Another Federal Reserve meeting is just two weeks away. One week, the markets conclude that, out of fear of recession, the Fed will moderate its planned July rate increase to 50 basis points. The next week, an employment report has the markets sure that the economy is so resilient that the Fed will raise the Fed funds rate by 75 basis points.
But we are skeptical about all of it.
It wasn’t so long ago that the Fed was performing monetary policy dances to raise inflation to two percent. When rates screamed past that arbitrary number, the Fed insisted it was only fleeting. In May, we heard from Chairman Jerome Powell that June wouldn’t see a 75 basis point increase, only for rates to be hiked just that much a few weeks later.
If one wonders how it is that the whole economy shudders and shakes with fear of the next Fed step or misstep, it takes us right back to the beginning. Since we have abandoned the reality-based and objective precious metal monetary system that our founders had in mind, we are tossed about by the whims and caprices of a board of unelected and mostly unknown bureaucrats who play with our nation’s money and credit conditions like a kitten plays with a ball of yarn.
James Grant observes that we have traded the gold standard for a Ph.D. standard. It’s true, and despite, or because of their advanced degrees and those of hundreds more economists on the Fed payroll, people are growing irritated at officialdom’s parade of excuses that they didn’t really understand inflation to begin with. In any case, so completely do they deny parenthood for today’s inflation that Lawrence Kudlow even coined the scoffing term “immaculate inflation.”
Well, we do understand something about inflation. It’s our business to understand. We point with certainty to the trillions of dollars the Fed has conjured out of nothingness. We point to 8 trillion digital dollars created with nothing more than a computer keystroke since the Great Recession got underway. That’s an 1,100% increase!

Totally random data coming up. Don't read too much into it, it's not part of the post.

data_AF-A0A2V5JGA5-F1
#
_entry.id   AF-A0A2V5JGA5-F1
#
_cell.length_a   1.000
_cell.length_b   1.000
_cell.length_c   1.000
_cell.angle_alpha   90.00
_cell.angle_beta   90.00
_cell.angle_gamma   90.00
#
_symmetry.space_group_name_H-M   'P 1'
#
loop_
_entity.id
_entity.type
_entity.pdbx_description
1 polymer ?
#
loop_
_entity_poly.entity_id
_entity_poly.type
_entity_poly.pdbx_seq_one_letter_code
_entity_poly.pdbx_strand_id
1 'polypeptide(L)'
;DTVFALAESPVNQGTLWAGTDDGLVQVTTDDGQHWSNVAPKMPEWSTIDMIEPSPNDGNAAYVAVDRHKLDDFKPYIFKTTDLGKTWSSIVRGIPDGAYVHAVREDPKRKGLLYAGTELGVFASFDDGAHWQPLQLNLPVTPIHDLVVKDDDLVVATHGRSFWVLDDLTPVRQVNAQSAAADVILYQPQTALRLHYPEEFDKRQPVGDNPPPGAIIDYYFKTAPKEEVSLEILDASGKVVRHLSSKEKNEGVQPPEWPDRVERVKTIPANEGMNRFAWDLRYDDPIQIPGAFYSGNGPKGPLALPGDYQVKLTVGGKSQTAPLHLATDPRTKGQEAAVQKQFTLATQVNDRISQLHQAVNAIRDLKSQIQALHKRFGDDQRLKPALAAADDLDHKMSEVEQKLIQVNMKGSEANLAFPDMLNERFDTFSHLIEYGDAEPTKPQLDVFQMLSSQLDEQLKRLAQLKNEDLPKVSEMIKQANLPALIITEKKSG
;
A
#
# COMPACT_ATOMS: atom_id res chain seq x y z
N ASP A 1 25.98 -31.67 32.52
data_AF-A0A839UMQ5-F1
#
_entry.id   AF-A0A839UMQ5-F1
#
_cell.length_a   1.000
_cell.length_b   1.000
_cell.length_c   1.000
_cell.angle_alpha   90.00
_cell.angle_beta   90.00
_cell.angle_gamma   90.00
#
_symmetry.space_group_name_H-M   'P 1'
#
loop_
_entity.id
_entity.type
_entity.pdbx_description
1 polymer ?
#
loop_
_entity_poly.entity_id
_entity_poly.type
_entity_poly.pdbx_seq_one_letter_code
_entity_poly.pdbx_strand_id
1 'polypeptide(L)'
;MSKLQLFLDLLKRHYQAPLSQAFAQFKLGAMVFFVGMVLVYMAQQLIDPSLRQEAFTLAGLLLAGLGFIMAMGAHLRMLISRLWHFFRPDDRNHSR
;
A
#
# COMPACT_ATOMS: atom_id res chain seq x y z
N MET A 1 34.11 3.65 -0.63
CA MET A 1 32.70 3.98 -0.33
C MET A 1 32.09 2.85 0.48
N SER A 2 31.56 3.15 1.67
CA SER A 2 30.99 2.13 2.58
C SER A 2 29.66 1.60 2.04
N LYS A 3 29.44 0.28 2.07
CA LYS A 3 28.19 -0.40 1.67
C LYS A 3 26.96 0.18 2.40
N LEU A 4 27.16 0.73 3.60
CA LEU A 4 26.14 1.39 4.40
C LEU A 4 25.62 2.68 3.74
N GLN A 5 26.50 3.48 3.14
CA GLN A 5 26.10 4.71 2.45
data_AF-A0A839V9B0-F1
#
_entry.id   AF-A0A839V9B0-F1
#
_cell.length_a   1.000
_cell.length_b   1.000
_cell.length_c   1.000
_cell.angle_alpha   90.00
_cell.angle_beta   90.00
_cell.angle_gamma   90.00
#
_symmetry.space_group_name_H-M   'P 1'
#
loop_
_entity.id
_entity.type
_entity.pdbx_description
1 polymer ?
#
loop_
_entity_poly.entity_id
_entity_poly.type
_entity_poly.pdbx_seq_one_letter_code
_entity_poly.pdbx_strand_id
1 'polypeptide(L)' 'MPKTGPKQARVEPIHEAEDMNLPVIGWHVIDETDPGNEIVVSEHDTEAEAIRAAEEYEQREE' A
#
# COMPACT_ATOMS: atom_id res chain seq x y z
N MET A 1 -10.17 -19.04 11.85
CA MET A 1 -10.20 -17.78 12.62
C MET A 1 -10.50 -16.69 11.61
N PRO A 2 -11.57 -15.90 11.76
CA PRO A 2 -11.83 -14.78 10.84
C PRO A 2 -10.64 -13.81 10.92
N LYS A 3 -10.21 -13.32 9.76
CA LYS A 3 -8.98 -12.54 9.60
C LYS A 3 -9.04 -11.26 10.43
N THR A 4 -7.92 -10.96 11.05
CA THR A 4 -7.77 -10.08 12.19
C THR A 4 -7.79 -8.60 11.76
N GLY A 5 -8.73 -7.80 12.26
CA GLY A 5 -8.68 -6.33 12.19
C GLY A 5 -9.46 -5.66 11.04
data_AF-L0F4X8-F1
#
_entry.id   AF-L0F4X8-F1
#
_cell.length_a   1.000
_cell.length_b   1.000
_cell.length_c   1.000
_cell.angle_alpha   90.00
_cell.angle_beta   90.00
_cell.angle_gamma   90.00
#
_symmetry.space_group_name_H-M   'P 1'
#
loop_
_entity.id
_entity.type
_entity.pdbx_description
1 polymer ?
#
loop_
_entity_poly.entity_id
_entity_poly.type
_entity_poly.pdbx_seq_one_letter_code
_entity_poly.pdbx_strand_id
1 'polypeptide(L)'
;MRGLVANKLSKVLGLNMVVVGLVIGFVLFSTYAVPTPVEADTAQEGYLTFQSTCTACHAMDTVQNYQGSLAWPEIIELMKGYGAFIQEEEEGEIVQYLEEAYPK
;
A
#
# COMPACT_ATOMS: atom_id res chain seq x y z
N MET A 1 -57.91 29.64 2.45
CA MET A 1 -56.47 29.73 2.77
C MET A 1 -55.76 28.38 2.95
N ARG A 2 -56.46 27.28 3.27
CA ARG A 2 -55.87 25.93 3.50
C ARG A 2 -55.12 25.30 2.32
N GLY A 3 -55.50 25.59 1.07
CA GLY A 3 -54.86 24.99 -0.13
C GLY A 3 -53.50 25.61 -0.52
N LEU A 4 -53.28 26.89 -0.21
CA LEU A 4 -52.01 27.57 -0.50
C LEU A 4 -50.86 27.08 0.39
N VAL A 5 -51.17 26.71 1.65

We do understand the role of money printing in devaluing the dollar, just as it has devalued countless currencies throughout centuries and around the world in the past. And as our friends and clients have grown accustomed to hearing, we point out that the Fed can’t print more gold.
Eventually, the Fed’s spasms will have the world looking for a way to avoid any more peril. Actually, the beginning of this de-risking is evident in the freefall we’ve seen in stocks, bonds, and cryptocurrencies this year. But it is only the beginning.
For the last few years, the Fed was engaged in the most frenzied money-printing in U.S. history. Then something broke and we awoke to the highest inflation in the lives of most Americans. Now the Fed has a new plan that it will pursue until something else breaks.
But things are already breaking everywhere we look. U.S. sanctions policies, designed to weaken opponents, are making them richer and we and our allies poorer. Crypto banks are halting withdrawals. The bond market is a disaster. Stocks are a calamity.
And after months of the Fed’s new rate hike regime, consumer prices keep rising.
Most laughable of all, the financial media tells its audience that the dollar is strong, even as its purchasing power plummets. We’ve called this a Jedi mind trick. The dollar can only be called strong if it is compared to currencies like the euro and the yen which are losing purchasing power even faster. Wall Street speculators, either believing the media or believing that others will be fooled by this mind trick, sells their paper gold and gold substitutes.
But on main street, when people buy gas and groceries, the dollar doesn’t look very strong, does it? Maybe that’s why no matter what Wall Street says, the people keep buying real gold and silver.
They’ll need it.
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The opinions, beliefs, and viewpoints expressed in this article do not necessarily reflect the opinions, beliefs, and viewpoints of Red Rock Secured LLC or the official policies of Red Rock Secured LLC. Red Rock Secured LLC is not a financial advisor, is not licensed to provide investment advice and neither provides investment nor financial advice. Red Rock is a product specialist that can help evaluate your precious metals purchase options.